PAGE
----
Daily Digest 2/13 - Gov't Boosts Forecast For Pump Prices, Asian Demand For Gold Bars Grows
It based its projections on an expected fall in the country’s oil output to 9.6 million barrels per day in 2013 from 9.8 million bpd in 2012 and a decline in the price of Saudi crude to an average $99.4 from $106.1.
ThyssenKrupp AG (TKAG.DE), Germany's biggest steelmaker, warned that the coming months would remain bleak after weak steel and car markets caused a drop in profit, and said it did not expect a return to growth until the next financial year.
San Jose has spent as much as $160,000 to repair 500 lights. Fremont saw its repair bill jump from $62,000 for stolen streetlight wires three years ago to $438,000 last year, according to the newspaper group. Why are thieves pilfering the copper? Copper has gone for as much as $4 a pound at salvage yards, almost three times the price four years ago.
Uncertainty about the U.S. fiscal situation and euro zone debt crisis have prompted many ultra-rich gold investors to move their bullion holdings to Hong Kong and Singapore from traditional gold hubs in Switzerland, London and New York.
"As the Asian market becomes more affluent, we are seeing more private investors looking to move their metals offshore," said Miguel Perez-Santalla, vice president of online precious-metals exchange BullionVault. "People want to have their money next to them."
Just half (50 percent) of Americans say they have enough money left over at the end of the month after paying for essentials according to the new, second installment of Allstate Financial's "Life Tracks" poll. More than four in 10 (41 percent) are living paycheck-to-paycheck while another 8 percent say they don't earn enough each month to pay for essentials.
France has only a slim chance of meeting ambitious budget targets intended to stabilize the country's economy and meet European requirements, the country's auditor warned Tuesday.
A pillar of the 17 group of European Union countries that uses the euro, France is the world's fifth-largest economy. Investors and economists have been scrutinizing the country's ability to control its finances and make it more competitive on a global stage.
Hundreds of schools in the nation’s largest cities are sitting empty as education leaders struggle to sell these potentially valuable properties.
That’s according to a study released Monday from the Pew Charitable Trusts. In the dozen cities the organization reviewed, some 327 schools were sitting idle last year and for sale. That means those properties are costing districts that still have to keep them secure, insured and heated. Meanwhile, the financially strapped districts are not collecting taxes on some prime real estate to fund the schools that do survive.
However, students question if the cost is worth what they are getting out it.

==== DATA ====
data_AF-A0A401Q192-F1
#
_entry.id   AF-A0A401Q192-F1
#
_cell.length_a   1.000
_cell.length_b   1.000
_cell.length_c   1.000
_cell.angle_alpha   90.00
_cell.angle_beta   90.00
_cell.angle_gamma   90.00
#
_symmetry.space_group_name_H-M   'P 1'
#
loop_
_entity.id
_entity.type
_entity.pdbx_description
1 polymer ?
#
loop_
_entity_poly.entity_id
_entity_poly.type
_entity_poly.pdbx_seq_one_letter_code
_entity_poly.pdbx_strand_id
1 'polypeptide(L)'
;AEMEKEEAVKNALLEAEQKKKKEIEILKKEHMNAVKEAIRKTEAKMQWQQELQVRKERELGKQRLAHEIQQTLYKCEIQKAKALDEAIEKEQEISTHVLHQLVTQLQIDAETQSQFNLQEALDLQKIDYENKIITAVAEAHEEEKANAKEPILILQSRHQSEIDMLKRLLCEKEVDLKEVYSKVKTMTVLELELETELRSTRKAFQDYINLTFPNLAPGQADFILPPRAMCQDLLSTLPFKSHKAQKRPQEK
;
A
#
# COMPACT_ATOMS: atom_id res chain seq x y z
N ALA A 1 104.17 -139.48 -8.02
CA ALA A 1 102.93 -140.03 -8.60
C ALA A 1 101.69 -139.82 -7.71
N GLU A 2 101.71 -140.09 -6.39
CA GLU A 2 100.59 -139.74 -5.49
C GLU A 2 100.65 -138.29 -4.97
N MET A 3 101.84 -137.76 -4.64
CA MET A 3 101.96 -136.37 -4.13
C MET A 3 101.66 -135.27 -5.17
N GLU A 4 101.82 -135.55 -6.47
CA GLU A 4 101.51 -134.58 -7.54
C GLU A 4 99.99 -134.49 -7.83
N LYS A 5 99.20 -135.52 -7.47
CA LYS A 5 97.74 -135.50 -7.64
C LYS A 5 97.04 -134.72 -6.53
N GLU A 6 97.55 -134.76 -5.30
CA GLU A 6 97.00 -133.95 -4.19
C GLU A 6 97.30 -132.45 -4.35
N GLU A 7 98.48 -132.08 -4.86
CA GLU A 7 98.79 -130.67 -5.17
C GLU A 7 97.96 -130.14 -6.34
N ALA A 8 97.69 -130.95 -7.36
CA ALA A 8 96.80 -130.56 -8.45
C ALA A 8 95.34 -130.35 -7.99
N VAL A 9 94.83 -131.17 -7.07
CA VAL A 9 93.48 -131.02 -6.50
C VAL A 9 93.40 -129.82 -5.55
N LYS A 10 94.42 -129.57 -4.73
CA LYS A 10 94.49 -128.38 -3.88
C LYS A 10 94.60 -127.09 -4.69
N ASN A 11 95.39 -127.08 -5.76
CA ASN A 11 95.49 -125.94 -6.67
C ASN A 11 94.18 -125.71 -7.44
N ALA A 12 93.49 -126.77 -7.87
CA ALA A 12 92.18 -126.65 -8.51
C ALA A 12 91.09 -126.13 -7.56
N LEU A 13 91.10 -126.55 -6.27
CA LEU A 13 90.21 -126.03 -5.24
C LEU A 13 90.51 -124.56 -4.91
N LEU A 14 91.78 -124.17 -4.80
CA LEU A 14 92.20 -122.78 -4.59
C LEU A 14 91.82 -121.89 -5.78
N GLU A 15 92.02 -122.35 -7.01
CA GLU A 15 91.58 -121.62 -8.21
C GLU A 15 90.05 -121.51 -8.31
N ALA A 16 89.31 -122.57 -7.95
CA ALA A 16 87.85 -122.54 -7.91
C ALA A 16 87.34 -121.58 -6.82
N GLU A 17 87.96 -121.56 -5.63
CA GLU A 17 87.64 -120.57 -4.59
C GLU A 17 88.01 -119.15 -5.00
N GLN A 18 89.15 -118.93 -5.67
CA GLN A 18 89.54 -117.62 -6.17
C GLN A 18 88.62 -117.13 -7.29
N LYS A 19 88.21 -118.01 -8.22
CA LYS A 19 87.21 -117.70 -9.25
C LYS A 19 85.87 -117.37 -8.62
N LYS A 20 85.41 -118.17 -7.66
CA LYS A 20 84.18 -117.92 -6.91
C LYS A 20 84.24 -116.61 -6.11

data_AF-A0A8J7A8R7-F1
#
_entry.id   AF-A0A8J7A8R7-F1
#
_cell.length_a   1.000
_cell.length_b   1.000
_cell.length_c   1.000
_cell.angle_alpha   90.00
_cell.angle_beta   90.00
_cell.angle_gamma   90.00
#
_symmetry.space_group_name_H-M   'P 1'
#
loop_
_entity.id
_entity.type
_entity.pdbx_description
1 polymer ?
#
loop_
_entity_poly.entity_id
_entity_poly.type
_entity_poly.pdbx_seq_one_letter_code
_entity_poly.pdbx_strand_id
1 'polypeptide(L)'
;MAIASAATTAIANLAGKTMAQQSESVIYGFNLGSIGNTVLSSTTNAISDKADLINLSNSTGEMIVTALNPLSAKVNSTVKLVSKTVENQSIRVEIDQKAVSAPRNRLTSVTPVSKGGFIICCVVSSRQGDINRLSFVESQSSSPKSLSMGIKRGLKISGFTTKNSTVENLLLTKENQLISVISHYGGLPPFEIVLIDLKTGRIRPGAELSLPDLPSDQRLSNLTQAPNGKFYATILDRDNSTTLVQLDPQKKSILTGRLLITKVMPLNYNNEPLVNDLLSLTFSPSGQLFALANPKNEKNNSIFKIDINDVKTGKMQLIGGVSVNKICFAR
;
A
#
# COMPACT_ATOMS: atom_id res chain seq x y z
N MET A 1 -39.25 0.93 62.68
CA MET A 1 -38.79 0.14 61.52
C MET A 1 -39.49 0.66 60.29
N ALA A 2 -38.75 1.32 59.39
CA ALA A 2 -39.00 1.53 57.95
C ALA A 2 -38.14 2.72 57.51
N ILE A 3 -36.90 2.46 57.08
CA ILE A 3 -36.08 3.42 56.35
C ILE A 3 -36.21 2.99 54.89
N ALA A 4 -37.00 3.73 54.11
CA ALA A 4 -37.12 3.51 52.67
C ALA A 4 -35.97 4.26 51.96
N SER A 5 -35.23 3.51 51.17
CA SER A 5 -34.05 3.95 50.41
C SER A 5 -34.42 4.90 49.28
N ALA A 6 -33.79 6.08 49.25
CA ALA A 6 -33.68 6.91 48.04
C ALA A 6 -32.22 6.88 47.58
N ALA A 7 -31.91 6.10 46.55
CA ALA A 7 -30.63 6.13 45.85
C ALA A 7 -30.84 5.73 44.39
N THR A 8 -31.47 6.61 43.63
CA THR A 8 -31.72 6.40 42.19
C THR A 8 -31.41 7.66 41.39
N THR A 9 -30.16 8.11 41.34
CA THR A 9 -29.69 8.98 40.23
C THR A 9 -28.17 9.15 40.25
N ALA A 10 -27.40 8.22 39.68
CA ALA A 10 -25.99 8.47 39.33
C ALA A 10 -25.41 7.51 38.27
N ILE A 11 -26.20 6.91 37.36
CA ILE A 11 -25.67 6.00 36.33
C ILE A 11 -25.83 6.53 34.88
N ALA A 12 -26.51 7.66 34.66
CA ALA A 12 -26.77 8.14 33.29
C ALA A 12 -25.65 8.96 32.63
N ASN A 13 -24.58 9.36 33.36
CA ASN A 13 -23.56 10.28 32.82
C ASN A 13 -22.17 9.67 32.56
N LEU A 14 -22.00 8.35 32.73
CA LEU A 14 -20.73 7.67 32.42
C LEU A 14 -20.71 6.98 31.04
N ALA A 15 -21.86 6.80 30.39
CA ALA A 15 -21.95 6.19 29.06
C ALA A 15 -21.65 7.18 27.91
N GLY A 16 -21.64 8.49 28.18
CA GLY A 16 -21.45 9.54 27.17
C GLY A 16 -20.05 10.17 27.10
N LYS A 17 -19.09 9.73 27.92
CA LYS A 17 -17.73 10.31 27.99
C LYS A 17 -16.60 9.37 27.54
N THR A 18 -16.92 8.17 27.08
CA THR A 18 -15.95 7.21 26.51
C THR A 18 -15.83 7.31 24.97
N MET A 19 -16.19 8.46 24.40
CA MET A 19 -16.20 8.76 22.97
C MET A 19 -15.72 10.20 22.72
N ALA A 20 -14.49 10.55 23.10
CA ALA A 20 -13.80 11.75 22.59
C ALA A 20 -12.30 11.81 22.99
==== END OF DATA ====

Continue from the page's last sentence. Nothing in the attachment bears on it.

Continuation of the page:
"Its definitely too high because it feels like you go into debt for it," said Jared Netley, a pharmacy student. "Then you just have to work your way out of it and it doesn't really give you that much advantage, especially in the job market today."
The government is boosting its forecast for gasoline prices this year following an 11 percent increase since the middle of December.
Pump prices should average $3.55 a gallon in 2013, according to the Energy Information Administration, the statistical arm of the Energy Department. That's up 11 cents from EIA's forecast in January and would be the second-highest annual average ever, after last year's $3.63 a gallon.
Kansas City Federal Reserve Bank President Esther George said the central bank may trigger instability in financial markets when it eventually begins to sell assets from its record balance sheet. The Fed’s current plan for selling securities “could be potentially disruptive to markets and market functioning,” George said today in a speech at the University of Nebraska- Omaha. “These actions are untested by the Federal Reserve and could cause an unwelcome rise in mortgage interest rates.”
Federal Reserve Vice Chairman Janet Yellen said the central bank’s balance sheet may incur losses that would wipe out the Fed’s remittances to the U.S. Treasury.
“There is a chance that we could go through a period of time in which our income falls, and we could even take losses,” Yellen said in response to audience questions after a speech in Washington. “We’ve been paying enormous sums to the Treasury” from income on the Fed’s holdings, and “it is possible” that there will be “a period of a year, or even several years, in which those remittances fall to zero.”
The city issued 17,794 tickets for drivers who were caught on camera in 2012, compared to 8,638 in 2011. That's an increase of 105 percent.
Each ticket carries a fine of $75 -- which means Rockville raked in an extra $686,700 last year.
Federal Reserve Vice Chairman Janet Yellen says the central bank may keep its key short-term interest rate at a record low even after unemployment falls close to a more normal level.......Yellen has been a close Bernanke ally on Fed policy. She is considered a top prospect to succeed him as chairman should he leave when his term ends on Jan. 31, 2014.
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